Bloomberg Law
June 24, 2022, 8:00 AM

New Yorkers’ Environmental Rights Are Under Attack

Rebecca Bratspies
Rebecca Bratspies
City University of New York School of Law
Katrina Fischer Kuh
Katrina Fischer Kuh
Pace University, Elisabeth Haub School of Law

In November 2021, over 70% of New Yorkers voted to amend the state’s constitution to explicitly protect New Yorkers’ fundamental right to clean air, clean water, and a healthful environment. New York thus joins Montana and Pennsylvania in enshrining robust constitutional environmental rights in the state constitution.

The first cases making claims under the new constitutional provision are now being filed, and states contemplating the adoption of environmental rights will be closely watching how courts define and apply New York’s amendment. Those states include New Mexico, Maine, and Maryland.

Unsurprisingly, corporate defendants argue that the new right doesn’t change anything. They claim that the environmental right is not self-executing, i.e., that the constitutional right provides no new protections and is instead defined and limited by pre-existing environmental laws. They could not be more wrong and courts in New York should be quick to affirm that the right is self-executing.

Environmental Rights in the State Constitution

New Yorkers voted to add environmental rights to the state constitution because they knew that existing environmental laws did not do enough to protect people, especially those living in disadvantaged communities. Two primary environmental problems prompted explicit constitutional recognition of environmental rights: gaps in the existing regulatory scheme, and environmental injustice.

Hoosick Falls exemplifies the first problem, that of regulatory gaps. In Hoosick Falls, residents were drinking water contaminated with the carcinogens per- and poly-fluorinated alkyl substances (PFAS). The state was unable to intervene because there were no water quality standards for these carcinogens and therefore the contaminated water did not violate the law.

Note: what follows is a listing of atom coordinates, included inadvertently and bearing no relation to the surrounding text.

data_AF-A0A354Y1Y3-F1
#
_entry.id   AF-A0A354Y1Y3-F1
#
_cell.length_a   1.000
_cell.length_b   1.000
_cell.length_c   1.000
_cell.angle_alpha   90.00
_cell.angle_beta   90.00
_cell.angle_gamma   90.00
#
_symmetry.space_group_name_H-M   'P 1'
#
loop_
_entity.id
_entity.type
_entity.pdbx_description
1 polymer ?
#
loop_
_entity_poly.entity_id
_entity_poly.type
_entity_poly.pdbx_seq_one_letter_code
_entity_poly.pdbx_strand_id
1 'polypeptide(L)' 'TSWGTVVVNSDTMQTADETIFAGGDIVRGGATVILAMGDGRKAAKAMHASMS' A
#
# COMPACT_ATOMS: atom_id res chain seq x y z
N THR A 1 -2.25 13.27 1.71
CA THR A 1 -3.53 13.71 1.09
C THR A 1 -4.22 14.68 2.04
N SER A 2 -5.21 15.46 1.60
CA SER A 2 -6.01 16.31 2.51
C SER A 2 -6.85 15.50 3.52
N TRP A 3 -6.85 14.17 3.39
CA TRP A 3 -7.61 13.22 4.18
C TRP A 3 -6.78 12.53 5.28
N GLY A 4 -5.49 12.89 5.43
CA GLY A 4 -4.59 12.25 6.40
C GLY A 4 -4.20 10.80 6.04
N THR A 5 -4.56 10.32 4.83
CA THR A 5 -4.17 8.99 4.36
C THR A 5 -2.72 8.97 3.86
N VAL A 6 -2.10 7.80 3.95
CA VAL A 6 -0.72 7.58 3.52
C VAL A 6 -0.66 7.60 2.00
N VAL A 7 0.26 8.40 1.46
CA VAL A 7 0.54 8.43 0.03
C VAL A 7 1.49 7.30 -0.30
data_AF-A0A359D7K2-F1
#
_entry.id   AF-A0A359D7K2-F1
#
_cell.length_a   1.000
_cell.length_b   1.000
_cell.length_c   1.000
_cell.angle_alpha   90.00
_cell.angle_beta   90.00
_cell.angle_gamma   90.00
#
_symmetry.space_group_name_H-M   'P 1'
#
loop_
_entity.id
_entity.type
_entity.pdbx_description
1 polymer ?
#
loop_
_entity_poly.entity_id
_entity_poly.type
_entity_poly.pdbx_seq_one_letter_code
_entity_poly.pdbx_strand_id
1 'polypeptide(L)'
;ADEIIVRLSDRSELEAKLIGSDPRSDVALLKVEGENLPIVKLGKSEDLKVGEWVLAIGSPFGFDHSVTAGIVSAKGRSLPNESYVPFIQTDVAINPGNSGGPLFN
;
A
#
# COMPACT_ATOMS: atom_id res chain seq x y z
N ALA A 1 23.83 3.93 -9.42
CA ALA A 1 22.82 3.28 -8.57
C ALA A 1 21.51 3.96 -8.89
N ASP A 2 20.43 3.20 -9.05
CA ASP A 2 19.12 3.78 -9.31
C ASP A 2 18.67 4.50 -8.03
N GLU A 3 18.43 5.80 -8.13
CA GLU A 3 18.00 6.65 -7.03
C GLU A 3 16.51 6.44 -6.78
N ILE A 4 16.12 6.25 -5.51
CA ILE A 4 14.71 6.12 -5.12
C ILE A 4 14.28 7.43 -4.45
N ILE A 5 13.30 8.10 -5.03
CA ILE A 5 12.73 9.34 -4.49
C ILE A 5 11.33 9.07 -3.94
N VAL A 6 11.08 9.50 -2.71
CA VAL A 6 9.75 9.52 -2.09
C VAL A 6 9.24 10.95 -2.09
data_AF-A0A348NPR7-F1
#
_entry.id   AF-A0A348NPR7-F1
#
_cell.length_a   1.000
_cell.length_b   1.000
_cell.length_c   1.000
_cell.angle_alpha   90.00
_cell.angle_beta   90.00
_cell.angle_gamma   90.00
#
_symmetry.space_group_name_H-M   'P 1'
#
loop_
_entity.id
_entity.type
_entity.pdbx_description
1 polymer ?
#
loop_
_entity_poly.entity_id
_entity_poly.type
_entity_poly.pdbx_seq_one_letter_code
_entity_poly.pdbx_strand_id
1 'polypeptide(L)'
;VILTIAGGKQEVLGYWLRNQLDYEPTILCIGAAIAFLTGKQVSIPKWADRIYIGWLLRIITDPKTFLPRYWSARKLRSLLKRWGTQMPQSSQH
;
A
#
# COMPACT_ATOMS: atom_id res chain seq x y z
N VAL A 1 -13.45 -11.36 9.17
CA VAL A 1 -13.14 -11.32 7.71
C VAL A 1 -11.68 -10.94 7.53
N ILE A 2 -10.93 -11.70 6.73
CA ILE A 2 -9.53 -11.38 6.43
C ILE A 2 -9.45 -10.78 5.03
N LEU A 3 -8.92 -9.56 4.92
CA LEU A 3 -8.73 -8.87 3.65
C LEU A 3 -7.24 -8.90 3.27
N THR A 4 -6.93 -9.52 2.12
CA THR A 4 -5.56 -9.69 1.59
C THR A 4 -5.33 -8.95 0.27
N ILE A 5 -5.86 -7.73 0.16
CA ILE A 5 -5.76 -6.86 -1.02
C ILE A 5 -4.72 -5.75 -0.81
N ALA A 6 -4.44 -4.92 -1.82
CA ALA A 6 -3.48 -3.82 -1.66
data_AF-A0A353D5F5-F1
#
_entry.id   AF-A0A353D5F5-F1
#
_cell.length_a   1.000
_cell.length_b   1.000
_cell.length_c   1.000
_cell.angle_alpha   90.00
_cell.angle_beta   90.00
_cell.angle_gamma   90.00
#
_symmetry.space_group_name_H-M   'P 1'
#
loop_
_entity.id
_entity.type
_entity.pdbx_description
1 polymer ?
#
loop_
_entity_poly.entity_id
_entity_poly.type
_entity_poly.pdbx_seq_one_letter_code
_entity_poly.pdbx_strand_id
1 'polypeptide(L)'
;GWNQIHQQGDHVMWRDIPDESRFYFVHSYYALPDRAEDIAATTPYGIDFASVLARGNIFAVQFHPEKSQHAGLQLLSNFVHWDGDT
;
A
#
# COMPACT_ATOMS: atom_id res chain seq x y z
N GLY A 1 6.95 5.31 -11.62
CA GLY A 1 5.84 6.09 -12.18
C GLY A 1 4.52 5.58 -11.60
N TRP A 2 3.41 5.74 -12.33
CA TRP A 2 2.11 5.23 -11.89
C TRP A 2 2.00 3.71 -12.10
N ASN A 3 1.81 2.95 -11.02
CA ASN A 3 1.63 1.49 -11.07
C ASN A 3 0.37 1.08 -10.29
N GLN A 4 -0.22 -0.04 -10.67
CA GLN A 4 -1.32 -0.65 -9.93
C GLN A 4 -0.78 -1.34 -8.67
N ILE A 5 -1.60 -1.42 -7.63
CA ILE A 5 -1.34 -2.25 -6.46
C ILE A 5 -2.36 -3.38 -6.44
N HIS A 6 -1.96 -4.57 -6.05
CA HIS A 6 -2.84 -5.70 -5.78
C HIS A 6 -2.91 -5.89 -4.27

The South Bronx exemplifies the second problem. Because the community is overburdened with polluting industry and infrastructure, existing laws do not do enough to provide clean air, clean water, and a healthy environment to residents.

For far too many environmental justice communities, often low-income communities of color, environmental conditions are unhealthy and have been unhealthy for generations. Even when environmental laws exist and are being applied, they do not deliver clean air, clean water, and a healthful environment for these communities.

New Yorkers voted overwhelmingly to adopt the environmental rights amendment because they recognized a plain truth: Even with good environmental laws and well-intentioned, hard-working agencies, residents will sometimes recognize that the status quo isn’t working before the politicians and regulators. The amendment gives New Yorkers a way to act when the legal status quo fails them.

It’s not surprising that corporate defendants don’t feel constrained to respect the democratic will and fundamental rights of New Yorkers. What is surprising is that attorneys arguing on behalf of New York City are also offering interpretations that would gut the constitutional environmental right.